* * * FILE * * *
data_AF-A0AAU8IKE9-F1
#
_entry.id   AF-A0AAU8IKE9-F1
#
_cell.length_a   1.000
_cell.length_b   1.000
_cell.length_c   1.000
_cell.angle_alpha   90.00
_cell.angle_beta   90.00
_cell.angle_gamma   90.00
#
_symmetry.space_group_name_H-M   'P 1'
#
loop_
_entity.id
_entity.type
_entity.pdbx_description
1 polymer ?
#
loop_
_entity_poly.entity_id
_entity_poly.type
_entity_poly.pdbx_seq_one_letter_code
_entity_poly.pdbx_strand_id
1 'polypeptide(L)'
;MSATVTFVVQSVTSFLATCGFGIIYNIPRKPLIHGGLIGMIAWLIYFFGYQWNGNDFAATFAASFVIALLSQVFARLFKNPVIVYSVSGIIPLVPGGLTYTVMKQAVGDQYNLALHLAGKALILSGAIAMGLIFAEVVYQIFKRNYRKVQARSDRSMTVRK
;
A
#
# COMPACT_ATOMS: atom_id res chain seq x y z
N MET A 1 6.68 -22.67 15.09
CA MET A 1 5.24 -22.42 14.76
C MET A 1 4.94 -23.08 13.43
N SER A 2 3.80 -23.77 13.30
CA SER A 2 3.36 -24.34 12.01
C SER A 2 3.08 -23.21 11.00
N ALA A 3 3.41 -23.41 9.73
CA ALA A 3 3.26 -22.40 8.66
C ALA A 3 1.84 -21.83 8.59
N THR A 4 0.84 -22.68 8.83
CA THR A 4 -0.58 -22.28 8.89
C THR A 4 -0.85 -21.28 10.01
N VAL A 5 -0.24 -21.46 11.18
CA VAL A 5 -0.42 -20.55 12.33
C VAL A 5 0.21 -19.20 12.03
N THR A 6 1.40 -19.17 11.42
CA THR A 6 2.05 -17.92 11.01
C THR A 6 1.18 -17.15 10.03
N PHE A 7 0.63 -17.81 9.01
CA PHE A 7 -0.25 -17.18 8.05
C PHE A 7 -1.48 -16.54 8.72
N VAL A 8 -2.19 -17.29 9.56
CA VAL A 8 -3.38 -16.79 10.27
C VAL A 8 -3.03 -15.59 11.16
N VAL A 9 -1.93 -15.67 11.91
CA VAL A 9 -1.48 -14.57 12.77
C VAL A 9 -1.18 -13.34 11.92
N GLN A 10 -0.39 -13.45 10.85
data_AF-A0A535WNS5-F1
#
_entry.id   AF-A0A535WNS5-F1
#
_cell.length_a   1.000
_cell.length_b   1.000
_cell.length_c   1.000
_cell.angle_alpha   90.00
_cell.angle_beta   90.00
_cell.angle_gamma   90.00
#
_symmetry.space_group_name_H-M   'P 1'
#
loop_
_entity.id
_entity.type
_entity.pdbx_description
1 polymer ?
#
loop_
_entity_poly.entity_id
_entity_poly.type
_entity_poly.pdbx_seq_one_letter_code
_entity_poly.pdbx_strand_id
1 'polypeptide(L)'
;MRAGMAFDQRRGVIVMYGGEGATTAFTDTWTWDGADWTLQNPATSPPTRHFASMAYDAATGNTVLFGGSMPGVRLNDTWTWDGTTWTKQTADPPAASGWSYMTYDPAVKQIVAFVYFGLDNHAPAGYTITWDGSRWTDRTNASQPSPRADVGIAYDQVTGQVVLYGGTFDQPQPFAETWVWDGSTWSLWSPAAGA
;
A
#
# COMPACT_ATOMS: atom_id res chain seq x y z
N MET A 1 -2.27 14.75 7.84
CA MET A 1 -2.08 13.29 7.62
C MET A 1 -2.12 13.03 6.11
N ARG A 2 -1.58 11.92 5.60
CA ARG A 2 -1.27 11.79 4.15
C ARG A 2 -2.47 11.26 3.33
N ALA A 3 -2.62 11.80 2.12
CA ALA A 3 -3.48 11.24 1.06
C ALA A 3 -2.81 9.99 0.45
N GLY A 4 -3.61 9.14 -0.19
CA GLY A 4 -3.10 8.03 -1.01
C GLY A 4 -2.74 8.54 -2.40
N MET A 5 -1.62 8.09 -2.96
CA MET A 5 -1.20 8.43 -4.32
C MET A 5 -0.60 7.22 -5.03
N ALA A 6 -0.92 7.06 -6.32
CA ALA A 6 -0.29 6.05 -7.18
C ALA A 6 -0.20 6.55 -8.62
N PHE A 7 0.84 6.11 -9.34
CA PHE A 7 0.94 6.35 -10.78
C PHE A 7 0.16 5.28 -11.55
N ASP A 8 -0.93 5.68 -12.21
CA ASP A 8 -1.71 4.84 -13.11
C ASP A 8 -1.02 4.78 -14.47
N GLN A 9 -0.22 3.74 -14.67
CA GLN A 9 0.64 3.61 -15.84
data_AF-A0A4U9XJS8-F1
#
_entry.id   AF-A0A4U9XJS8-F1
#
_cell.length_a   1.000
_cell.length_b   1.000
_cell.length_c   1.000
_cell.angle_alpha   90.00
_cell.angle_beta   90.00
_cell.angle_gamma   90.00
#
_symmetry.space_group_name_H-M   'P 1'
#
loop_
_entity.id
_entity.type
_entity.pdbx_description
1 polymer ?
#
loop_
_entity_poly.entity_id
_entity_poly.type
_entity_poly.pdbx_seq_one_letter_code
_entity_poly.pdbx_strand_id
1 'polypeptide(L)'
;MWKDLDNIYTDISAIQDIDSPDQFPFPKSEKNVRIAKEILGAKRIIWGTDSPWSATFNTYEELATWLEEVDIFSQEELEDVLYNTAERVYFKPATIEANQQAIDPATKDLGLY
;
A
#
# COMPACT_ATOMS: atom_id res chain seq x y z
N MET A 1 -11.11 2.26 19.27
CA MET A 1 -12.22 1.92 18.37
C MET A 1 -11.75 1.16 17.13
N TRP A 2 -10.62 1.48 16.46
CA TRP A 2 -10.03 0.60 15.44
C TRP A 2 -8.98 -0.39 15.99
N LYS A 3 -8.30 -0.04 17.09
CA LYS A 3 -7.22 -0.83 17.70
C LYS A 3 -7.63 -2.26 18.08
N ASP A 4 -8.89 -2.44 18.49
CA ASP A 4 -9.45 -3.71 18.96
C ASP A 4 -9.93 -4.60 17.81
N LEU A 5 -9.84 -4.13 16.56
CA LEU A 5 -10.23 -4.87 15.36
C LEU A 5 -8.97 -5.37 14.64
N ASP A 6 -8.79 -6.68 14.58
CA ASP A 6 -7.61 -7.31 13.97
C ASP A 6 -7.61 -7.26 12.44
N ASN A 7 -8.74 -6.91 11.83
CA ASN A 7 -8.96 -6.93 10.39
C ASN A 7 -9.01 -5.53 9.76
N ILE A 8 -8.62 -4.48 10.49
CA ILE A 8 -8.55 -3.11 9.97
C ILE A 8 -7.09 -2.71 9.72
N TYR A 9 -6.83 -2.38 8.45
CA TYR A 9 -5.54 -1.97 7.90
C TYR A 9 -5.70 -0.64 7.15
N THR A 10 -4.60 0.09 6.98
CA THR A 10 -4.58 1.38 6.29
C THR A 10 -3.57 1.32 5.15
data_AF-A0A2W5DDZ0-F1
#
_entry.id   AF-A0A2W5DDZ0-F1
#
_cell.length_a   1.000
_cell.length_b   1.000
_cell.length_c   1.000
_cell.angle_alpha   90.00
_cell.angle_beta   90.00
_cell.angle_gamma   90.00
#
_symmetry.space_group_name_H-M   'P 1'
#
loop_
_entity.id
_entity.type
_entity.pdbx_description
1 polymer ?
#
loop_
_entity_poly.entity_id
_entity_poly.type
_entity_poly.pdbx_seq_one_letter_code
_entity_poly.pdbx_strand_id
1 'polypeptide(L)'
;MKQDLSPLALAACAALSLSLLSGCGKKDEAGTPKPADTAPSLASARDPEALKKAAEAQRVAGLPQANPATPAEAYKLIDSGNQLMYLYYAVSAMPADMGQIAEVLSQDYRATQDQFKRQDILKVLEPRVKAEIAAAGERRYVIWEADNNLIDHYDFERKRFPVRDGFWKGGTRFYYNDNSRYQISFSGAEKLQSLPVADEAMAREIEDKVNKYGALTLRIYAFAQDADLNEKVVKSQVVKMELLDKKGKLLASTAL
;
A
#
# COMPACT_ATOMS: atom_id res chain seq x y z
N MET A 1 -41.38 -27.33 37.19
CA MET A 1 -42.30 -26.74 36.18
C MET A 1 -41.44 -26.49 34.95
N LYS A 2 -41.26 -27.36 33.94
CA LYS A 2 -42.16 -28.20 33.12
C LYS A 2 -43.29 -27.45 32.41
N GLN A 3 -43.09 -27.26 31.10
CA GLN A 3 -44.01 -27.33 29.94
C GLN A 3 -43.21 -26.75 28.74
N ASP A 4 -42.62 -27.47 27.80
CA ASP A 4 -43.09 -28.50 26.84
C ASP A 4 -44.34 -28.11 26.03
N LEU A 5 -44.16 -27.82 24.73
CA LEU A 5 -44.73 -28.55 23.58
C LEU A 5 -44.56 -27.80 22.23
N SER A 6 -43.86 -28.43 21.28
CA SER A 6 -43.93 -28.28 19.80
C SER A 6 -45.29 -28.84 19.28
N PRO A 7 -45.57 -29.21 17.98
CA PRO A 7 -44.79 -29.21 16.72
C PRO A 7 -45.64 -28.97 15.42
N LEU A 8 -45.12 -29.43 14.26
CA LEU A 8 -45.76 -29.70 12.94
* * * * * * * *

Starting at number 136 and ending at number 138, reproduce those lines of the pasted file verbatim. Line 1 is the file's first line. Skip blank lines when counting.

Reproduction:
_entity_poly.type
_entity_poly.pdbx_seq_one_letter_code
_entity_poly.pdbx_strand_id